Stiffness – A sharp or throbbing pain could get worse and lead to reduced mobility of the upper back muscles, ligaments, and even joints. Although reduced mobility in the upper back is not as significant, it can hamper your performance of some arm movements like rotating and lifting.
Radiating Pain – Radiating pain can range from minor and dull to sharp pain. It could also come in bouts or occur continually. It is usually only felt on one side of the body and can radiate from the thoracic spine to the arm, chest, or stomach and even father down your body.
Tingling, Numbness, and Weakness – Like radiating pain, numbness or tingling sensations could also travel along nerves from the thoracic spine to the arm, chest, and stomach. This numbness could lead to muscle weakness and the inability to perform your full range of actions.
The exact cause of upper back pain becomes difficult to diagnose since there are several types. However, our expert physicians can help you pinpoint the reason for your pain.
The diagnostic process narrows down to a 3-step process.
Patient History – Our doctors at Southwest Scoliosis and Spine Institute need a complete patient history. Moreover, this enables them to critically evaluate your situation and where the problem could have stemmed from.
The patient history includes the following:
- When the Pain started
- How your Current Symptoms feel
- Injury History
- Lifestyle and Habits
- Family Health History
After the first step of getting the patient’s medical history, the doctor will conduct a thorough physical exam to help narrow down the cause of your upper back pain.
The process includes:
Observation – The back is thoroughly observed for any abnormal bend in the neck or back.
Palpation – The thoracic spine is pressed against your doctor’s hand. Your doctor slides his hand up and down your back while feeling for any tenderness, rib instability, or abnormality.
Clinical Test – Some movement tests are performed to show which movements aggravate the symptoms and where.
Diagnostic Test – Finally, diagnostic tests are conducted.
To diagnose the cause of upper back pain, usually, one or more of the following tests are conducted:
- X-Ray – A radiograph is used to create an image of the bones of the thoracic region. This shows any abnormality in the spine.
- MRI – MRI (Magnetic Resonance Imaging) shows an even more detailed image of the spinal bones. It is the best method for detecting any spinal nerve or cord compressions, infections, tumors, and damaged ligaments.
Medial Branch Nerve Block – This is the use of fluoroscopy to inject a numbing medication near the medial nerves that exist at the facet joint. If the numbing of the joint results in the disappearance of the pain, the source of the pain can be localized and used as a guide to further treatment.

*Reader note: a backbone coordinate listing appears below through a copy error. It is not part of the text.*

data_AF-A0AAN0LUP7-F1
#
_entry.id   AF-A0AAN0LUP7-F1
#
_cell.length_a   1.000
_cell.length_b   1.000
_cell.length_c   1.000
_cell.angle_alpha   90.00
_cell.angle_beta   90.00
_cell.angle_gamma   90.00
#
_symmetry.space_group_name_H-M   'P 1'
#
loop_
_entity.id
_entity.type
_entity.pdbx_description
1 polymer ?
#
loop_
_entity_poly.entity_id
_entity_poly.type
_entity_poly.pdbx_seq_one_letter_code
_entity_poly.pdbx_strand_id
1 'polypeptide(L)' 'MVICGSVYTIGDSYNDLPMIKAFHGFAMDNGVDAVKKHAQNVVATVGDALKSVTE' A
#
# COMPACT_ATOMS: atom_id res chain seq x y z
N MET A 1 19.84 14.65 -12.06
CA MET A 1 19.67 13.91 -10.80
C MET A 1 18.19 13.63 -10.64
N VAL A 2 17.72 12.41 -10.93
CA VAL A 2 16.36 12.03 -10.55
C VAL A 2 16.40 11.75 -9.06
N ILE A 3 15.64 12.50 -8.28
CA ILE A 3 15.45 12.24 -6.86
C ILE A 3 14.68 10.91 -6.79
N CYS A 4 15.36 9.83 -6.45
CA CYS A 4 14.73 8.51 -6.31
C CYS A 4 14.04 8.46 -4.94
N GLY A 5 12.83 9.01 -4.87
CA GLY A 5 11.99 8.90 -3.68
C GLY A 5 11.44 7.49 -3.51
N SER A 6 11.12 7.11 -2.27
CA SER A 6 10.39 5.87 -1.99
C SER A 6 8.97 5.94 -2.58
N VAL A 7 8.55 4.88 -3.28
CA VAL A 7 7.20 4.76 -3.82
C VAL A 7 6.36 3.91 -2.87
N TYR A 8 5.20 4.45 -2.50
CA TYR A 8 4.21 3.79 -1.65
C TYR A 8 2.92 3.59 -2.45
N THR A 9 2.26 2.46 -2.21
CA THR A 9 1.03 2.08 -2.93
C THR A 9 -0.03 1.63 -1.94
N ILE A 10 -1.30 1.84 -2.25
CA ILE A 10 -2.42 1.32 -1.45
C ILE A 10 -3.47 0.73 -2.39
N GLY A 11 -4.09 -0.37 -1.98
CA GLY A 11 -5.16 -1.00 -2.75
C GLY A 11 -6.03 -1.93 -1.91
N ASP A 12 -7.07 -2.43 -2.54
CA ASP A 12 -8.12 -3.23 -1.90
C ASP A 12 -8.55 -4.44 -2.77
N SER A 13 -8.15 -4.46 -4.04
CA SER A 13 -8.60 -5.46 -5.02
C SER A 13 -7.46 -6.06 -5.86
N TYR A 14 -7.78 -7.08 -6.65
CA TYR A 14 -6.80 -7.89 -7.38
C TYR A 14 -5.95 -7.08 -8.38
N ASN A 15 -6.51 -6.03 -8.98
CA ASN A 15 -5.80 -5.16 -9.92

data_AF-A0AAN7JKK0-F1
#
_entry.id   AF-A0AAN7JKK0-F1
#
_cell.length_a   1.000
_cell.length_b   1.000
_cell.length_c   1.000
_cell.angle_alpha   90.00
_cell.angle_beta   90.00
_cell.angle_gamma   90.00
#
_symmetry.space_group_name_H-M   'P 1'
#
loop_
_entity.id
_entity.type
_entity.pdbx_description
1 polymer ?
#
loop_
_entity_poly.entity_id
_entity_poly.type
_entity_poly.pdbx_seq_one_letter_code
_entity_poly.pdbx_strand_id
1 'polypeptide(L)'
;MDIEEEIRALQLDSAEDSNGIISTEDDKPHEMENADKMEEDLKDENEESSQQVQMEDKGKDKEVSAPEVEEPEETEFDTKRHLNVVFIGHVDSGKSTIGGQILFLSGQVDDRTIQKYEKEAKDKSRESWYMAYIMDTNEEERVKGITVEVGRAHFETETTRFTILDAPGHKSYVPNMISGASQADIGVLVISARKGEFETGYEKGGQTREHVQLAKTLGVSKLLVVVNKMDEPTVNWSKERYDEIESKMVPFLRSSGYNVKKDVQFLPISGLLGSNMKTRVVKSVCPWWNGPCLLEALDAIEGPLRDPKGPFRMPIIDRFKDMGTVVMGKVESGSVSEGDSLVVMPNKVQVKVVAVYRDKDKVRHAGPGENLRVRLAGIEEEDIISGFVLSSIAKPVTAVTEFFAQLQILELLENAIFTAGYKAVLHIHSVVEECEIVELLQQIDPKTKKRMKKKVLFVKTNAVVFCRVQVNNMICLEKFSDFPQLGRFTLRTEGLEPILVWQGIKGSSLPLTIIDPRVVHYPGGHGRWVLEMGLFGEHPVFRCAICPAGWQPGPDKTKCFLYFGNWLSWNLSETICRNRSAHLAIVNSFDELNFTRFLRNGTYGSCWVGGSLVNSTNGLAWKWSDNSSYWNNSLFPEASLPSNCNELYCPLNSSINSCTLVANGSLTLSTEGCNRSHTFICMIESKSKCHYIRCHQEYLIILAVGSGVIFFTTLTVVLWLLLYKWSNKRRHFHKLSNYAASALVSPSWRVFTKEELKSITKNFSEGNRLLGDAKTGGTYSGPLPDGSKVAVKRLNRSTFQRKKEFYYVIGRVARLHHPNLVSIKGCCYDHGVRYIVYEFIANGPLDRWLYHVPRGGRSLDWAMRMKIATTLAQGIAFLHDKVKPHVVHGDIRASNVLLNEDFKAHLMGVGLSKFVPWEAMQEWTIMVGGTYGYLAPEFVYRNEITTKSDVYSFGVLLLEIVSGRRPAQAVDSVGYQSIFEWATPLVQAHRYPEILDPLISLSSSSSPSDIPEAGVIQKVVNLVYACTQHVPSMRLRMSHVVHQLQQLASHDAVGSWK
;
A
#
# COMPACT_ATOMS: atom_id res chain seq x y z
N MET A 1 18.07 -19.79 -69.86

Treatments for Upper Back Pain
The severity of the pain determines which treatment plans are adopted and which medications are administered to cater to the pain. Chronic pain requires a more severe approach than just mild fleeting pain.
Physical therapy is one of the most effective conservative treatments for upper back pain. It involves the manipulation of the muscles to get better use and relieve the pain.
Some techniques we can use include:
- Chiropractic Manipulation
- Massage Therapy
These techniques involve the gentle stretching of the muscles combined with strength training to help with reducing irritation. This also increases the ability of the muscles to withstand use and regain their respective functions. Physical therapy can help to mobilize your joints and reduce your overall discomfort levels.
At Southwest Scoliosis and Spine Institute, depending on what you need, our doctors may ensure that you’re instructed on an exercise regime to help in stretching your spine, shoulders, and muscles to achieve relief from pain.
Tips for a Healthy Upper Back
To maintain a healthy upper back, there are some tips to guide your daily activities.
Correct Lifting – It is fairly easy to twist the wrong way and damage your spine if you are not lifting things properly. To lift correctly, you need to stand as close to the object as you can and use your legs and knees rather than your upper body.
Good sleep – Your body requires good sleep to stay healthy and repair itself. However, it is best to sleep on your side and not on your stomach as sleeping on your stomach tends to put pressure on the spine.
Stretching – Starting your day with stretching not only feels good but also promotes good spinal health.
Stay Active – If you are not physically fit or if you are a couch potato, you are at a higher risk of having upper back pain. Try to stay active by taking walks, working out when you can, and constantly using your back muscles.
- Maintain a Healthy Weight – Unhealthy weight gain could put a strain on your spine and increase your back pain. Consistent exercise and healthy eating habits can help to maintain a healthy weight and prevent upper back pain.
Finally, if you’re suffering from back pain or you have a loved one who is, please call the Southwest Scoliosis and Spine Institute today.
If you or a loved one suffers from spinal pain, you owe it to yourself to call Southwest Scoliosis and Spine Institute at 214-556-0555 to make an appointment.